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Spotlight: Urals is weakening with more production and alternative crudes pricing to compete in Europe

This Spotlight from S&P Global Platts Analytics was first published July 27.

The OPEC+ cuts have constrained the global supply of sour crude, as the largest production curtailments have come from Saudi Arabia, Kuwait, and other Middle Eastern countries. European refineries have seen lower monthly allocations as a result.

Simultaneously, Russia’s July export schedule for Urals crude showed daily loadings at 780,000 b/d, the lowest volume since at least 2012, reflecting the extension of Russia’s commitment to the OPEC+ cuts.

As a result, Urals cargoes in Northwest Europe in late June saw their highest values since 2001 at Dated Brent plus $2.00/b. This led many refineries to look to switch to medium and sour North Sea grades, such as Forties, Johan Sverdrup, and Grane, or even try to sweeten their slate.

However, combined August loadings of Urals crude are scheduled to be 320,000 b/d higher than July at 1.10 million b/d, according to the provisional programs just released, as Russia’s quota is set to rise by 500,000 b/d August 1. With that change, pressure is building on differentials. For example, in the Platts Market on Close assessment process, Glencore offered a 100,000 mt Urals cargo loading August 8-12, basis CIF Rotterdam, down to Dated Brent flat and It was left outstanding at the close of the MOC.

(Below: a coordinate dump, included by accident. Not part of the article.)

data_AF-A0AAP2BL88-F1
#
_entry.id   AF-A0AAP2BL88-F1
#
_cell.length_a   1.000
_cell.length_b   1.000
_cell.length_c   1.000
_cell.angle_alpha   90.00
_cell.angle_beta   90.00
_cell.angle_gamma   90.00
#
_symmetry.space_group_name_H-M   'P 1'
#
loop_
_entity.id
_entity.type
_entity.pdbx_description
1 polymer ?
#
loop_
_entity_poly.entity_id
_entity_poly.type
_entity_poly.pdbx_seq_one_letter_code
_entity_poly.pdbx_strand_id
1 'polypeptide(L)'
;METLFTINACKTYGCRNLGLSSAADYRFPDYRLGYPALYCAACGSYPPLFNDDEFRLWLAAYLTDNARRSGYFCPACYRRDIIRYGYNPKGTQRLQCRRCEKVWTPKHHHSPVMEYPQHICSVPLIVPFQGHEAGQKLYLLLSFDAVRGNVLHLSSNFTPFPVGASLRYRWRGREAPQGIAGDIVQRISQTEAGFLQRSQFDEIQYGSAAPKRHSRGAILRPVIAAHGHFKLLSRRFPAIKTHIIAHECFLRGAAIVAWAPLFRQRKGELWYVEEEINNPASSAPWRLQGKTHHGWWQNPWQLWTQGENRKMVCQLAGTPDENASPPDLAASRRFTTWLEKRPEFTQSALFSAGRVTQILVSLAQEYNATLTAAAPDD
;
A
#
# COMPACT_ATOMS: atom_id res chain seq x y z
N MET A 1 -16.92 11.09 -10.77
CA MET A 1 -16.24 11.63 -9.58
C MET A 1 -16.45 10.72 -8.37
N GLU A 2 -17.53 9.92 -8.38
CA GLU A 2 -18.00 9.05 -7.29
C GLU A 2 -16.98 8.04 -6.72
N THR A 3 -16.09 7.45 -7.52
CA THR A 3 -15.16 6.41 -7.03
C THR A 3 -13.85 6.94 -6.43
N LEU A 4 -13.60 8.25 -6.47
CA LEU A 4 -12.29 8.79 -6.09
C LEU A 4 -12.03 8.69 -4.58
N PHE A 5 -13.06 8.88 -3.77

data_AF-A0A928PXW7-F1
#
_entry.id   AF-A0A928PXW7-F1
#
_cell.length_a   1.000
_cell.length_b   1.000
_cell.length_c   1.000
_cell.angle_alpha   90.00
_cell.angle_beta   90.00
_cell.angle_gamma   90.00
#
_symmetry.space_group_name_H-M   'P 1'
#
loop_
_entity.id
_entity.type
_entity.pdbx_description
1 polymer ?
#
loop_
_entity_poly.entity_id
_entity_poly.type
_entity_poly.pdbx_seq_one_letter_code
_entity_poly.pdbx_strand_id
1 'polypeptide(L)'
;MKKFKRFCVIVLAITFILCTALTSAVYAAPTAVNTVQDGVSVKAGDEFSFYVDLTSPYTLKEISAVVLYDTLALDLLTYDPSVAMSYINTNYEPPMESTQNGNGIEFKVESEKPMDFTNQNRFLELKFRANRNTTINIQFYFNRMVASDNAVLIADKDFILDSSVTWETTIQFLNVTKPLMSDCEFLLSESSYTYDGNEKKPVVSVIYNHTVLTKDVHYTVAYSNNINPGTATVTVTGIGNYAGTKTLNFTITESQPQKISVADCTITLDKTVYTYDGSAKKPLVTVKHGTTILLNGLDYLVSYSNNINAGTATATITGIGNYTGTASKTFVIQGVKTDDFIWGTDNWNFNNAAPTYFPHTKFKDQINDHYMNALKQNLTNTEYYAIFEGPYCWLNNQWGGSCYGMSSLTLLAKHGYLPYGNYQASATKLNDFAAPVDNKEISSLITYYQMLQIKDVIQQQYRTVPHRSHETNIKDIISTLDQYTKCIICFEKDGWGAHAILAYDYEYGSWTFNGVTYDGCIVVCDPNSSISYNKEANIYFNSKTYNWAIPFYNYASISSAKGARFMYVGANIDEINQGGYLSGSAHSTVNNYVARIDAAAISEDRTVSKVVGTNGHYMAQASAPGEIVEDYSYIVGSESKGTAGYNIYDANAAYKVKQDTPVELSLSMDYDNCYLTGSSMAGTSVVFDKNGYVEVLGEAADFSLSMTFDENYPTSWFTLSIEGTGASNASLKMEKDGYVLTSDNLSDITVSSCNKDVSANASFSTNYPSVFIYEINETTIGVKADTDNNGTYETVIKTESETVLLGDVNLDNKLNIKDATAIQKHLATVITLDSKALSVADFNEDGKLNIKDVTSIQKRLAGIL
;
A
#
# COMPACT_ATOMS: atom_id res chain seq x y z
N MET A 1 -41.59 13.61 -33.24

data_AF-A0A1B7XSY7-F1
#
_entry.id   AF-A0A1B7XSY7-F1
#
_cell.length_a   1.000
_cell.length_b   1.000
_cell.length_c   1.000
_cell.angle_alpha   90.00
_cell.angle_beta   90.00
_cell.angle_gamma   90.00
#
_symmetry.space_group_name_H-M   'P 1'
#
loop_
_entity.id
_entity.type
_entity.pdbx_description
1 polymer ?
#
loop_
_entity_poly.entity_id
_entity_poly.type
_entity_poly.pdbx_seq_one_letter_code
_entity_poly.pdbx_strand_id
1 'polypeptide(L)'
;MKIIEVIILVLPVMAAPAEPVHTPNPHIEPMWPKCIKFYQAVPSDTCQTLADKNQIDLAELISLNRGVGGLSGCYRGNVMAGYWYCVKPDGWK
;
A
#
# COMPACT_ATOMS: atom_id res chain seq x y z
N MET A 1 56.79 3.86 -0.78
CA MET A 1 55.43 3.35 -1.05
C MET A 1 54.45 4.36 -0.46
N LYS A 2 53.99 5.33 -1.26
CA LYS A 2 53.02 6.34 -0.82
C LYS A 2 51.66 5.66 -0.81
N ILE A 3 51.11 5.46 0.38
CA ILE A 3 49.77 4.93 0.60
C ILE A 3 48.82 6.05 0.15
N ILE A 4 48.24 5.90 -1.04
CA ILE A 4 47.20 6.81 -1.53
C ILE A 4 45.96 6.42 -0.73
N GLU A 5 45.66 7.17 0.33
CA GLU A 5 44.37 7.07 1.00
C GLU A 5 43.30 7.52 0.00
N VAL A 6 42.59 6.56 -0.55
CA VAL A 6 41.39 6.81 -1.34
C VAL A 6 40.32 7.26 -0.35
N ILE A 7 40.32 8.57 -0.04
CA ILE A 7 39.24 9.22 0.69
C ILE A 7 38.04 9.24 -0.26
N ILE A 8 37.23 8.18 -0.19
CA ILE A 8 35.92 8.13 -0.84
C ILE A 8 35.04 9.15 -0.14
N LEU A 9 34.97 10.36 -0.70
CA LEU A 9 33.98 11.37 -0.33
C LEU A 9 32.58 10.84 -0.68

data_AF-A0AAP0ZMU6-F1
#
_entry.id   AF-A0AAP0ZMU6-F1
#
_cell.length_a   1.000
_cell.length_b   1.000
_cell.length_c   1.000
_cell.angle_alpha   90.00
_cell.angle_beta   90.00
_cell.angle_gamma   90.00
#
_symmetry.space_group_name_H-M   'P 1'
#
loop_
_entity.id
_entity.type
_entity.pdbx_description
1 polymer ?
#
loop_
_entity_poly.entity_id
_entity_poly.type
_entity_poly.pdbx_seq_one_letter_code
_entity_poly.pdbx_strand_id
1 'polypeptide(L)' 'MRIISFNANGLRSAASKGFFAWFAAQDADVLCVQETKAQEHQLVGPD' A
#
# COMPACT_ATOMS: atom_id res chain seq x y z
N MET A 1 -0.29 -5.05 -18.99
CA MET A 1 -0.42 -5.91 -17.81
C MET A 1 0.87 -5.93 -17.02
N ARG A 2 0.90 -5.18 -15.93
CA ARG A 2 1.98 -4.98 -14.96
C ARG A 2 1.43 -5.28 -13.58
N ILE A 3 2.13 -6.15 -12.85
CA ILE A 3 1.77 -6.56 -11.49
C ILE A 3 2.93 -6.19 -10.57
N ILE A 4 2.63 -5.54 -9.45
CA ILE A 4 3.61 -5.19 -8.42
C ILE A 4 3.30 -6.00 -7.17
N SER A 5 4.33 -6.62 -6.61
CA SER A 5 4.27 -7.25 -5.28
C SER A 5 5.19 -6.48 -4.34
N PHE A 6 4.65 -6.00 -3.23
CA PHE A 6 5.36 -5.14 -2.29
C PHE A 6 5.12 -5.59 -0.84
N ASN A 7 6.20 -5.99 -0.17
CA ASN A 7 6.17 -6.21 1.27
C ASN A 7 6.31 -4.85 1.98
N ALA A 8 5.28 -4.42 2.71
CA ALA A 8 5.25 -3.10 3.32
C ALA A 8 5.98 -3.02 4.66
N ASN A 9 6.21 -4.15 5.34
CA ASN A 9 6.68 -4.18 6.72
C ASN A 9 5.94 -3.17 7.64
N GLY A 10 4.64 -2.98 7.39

Platts Analytics forecasts Russian compliance to slip over time as the call on OPEC+ rises to maintain market share as oil demand rebounds. Urals differentials vs Dated Brent should ease further, but with more than ample refinery conversion capacity, and still relatively low outright price levels, all quality differentials will remain narrower than, say, in 2015-2018.

The recent run-up in Urals differentials provided an incentive for European refineries to look at replacement grades, as well as increase blending of lighter grades, such as CPC Blend, with a heavier crude, such as Iraq’s Basrah Light or Basrah Heavy, to produce a similar Urals-like grade.

Source: Platts

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